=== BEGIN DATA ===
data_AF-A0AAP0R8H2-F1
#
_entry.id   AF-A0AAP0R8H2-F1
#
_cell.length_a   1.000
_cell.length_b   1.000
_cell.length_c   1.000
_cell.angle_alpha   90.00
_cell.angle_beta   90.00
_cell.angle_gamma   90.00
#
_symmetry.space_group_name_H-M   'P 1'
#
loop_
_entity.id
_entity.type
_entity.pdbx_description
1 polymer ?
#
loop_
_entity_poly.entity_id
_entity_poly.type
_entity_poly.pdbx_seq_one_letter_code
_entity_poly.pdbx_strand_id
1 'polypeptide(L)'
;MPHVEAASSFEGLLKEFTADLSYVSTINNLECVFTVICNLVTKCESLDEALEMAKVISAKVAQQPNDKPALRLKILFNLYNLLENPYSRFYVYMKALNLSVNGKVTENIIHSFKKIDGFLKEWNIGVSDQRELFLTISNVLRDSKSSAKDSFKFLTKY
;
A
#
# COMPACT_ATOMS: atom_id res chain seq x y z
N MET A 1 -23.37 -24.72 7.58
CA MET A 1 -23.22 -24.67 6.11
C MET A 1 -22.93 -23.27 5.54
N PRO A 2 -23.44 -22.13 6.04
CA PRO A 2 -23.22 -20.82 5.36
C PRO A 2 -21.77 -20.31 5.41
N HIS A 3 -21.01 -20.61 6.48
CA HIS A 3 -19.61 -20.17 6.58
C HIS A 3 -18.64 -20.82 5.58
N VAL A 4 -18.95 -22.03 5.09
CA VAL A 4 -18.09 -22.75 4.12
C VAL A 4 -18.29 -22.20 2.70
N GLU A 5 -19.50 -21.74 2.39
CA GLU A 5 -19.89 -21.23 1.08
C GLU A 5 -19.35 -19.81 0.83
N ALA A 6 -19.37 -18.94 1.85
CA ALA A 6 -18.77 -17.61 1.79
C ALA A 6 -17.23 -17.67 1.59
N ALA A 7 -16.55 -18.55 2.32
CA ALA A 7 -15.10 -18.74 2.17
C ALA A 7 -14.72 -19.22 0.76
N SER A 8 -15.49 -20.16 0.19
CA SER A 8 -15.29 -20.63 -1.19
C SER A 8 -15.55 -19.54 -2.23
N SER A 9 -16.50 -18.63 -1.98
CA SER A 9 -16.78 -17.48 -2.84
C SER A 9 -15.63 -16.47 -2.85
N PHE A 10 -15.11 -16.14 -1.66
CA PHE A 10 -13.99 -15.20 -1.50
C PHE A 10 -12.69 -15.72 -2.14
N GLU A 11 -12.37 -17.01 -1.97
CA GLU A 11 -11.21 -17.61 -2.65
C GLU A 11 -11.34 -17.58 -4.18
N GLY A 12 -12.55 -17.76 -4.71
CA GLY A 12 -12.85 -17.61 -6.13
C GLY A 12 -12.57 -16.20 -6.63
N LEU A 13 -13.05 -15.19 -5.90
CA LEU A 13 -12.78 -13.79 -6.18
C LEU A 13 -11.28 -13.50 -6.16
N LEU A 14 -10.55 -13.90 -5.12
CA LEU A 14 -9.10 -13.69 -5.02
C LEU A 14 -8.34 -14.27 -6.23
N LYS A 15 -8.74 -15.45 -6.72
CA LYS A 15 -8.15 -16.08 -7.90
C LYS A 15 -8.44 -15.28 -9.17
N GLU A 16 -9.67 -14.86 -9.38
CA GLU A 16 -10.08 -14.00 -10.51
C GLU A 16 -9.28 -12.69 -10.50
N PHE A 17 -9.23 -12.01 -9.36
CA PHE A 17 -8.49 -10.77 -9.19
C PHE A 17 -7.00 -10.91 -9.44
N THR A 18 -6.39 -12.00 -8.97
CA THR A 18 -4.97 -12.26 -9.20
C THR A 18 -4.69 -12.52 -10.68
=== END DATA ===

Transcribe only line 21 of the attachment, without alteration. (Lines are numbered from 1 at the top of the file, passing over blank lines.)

_entity_poly.entity_id